I would also recommend serving the meat with Perfect Potato Salad, which comes from the Park Avenue Potluck cookbook. You can find that recipe here.

And alongside those dishes, I'd offer a big bowl of lightly steamed green beans with a little melted butter--we have a bumper crop in the garden this year!



And not that I'm counting, but DEATH IN FOUR COURSES will be published in 23 days! The book takes place at the Key West Loves Literature conference, which several years ago focused on food writing. Heaven for food critic Hayley Snow, until she stumbles on a body....

From Publishers Weekly: "Anyone who’s ever overpaid for a pretentious restaurant meal will relish this witty cozy."

To keep up on all the news, please like the Lucy Burdette Facebook fan page, or follow me on Twitter, or best of all, pre-order the book!

Saturday, January 21, 2012

Pork Loin Braised in Milk

by Peg Cochran


This recipe comes from Marcella Hazan’s The Classic Italian Cookbook. Although I’m half Italian, my grandmother never made anything quite like this dish—most probably because she was from southern Italy where dairy products were scarce and tomatoes were used more often.

This recipe might seem strange at first, but it yields a delicious, succulent pork roast with a wonderful, subtle flavor. There is just enough sauce to nap the meat and perhaps top some garlic mashed potatoes which make a wonderful accompaniment. With winter weather upon us, this makes a wonderful Sunday dinner…or anytime dinner for that matter.

I’m posting some pictures, but I have to admit I draw better pictures with words than I create with a camera! I decided to switch the camera mode to manual so I could turn out the flash (which was bleaching everything out too much) and it seems that the longer exposure requires a steadier hand than I possess. I swear, I hadn’t even broken into the wine yet when these were taken! Hopefully they will at least give you some idea of what to expect!

I’ve lightened the recipe a little—less butter and oil, and, since we never have anything but ½ % milk in the house, that is what I use. I’m sure the sauce would be even more delicious with whole milk!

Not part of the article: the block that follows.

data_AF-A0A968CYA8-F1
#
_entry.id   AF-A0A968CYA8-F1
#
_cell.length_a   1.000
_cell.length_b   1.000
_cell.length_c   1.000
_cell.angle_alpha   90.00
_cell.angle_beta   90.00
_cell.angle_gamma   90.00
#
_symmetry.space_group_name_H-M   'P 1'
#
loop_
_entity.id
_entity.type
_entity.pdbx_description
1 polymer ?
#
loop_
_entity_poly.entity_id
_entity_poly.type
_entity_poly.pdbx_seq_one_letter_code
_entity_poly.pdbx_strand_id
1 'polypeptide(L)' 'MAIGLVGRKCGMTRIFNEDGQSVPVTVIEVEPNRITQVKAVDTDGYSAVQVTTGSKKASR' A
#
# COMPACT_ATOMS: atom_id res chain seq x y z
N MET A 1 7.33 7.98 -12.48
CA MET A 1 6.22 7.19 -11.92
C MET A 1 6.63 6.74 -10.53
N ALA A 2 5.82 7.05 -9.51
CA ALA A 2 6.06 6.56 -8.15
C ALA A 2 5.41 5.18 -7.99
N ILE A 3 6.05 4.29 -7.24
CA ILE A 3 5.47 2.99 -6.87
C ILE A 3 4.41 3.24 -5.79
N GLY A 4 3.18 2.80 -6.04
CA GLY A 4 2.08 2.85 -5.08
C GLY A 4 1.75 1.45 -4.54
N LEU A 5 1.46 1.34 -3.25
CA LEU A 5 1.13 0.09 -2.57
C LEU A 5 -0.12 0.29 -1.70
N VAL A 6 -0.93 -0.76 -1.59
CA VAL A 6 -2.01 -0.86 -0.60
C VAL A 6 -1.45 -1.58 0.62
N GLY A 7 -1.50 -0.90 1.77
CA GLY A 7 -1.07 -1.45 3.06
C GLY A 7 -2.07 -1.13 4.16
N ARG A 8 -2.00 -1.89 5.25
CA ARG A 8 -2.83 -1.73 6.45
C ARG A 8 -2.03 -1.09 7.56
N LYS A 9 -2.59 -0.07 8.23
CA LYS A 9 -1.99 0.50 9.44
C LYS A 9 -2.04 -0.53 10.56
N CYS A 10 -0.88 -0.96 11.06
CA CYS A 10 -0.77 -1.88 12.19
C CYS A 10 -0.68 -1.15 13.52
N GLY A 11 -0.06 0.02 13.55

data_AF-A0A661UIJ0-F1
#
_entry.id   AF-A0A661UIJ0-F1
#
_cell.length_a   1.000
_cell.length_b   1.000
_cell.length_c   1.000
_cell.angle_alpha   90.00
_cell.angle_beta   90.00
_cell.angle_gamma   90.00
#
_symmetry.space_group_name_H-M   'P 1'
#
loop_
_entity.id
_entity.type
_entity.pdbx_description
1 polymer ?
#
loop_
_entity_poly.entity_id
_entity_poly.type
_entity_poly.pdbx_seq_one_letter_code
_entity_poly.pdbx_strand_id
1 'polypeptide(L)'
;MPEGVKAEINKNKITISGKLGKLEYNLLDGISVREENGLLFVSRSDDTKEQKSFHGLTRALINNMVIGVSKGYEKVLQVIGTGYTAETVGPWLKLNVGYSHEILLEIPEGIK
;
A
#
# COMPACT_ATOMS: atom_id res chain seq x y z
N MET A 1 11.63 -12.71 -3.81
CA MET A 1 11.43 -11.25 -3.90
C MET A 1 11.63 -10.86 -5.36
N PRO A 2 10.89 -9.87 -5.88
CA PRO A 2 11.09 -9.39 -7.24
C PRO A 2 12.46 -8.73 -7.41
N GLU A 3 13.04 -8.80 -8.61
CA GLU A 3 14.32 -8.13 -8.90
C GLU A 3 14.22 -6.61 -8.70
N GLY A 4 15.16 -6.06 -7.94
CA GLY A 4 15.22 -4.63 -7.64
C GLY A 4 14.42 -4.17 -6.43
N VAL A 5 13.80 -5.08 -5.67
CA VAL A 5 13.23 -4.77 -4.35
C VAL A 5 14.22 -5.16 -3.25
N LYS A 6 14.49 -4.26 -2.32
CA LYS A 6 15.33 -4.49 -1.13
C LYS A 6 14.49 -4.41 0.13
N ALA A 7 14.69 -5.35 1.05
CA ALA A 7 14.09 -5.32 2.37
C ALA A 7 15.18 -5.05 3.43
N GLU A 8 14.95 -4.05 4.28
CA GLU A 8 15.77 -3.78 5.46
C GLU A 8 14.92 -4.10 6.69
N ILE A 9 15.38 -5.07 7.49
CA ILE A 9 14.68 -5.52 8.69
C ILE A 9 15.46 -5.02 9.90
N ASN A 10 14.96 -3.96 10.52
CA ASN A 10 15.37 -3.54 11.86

Marcella warns that you may have over a cup of fat to remove when the roast is done, but my guess is that she’s used to dealing with European pork. Ours has become so lean that this yields surprisingly little fat.

1 TBL butter
1 TBL olive oil
2 lbs. pork loin
1 tsp. salt (or to taste)
Freshly grated pepper – 5 to 6 twists
2 to 2 ½ cups milk




Heat the butter and oil in a heavy lidded pan or Dutch oven until foam subsides. Add pork, fat side down, and brown, then turn and brown thoroughly on all sides.

Add the salt, pepper and milk (be sure to add the milk slowly so it doesn’t boil up and over). Allow the milk to come to a boil, reduce the heat to medium and partially cover. Cook for 1 ½ to 2 hours, basting occasionally (or, what I do is to simply turn the roast over.)





Remove the meat to a platter. If the milk has not darkened at all, boil rapidly until it begins to turn a light brown. Remove fat—the easiest way is to pour the liquid through a fat separator. Return milk to pan (and be sure to keep those coagulated milk clusters that give the sauce its flavor) and stir over medium heat, scraping up the browned bits from the bottom of the pan. Cook until the sauce reduces to a few tablespoons.



At this point, the sauce has a rather unusual appearance but a delicious taste! To make it look more like a sauce, I sometimes put it in a blender and whirl for a few seconds, but that is not necessary for the taste!

Slice meat into 3/8 inch thick slices, arrange on a platter and serve with sauce. Bon Appetit!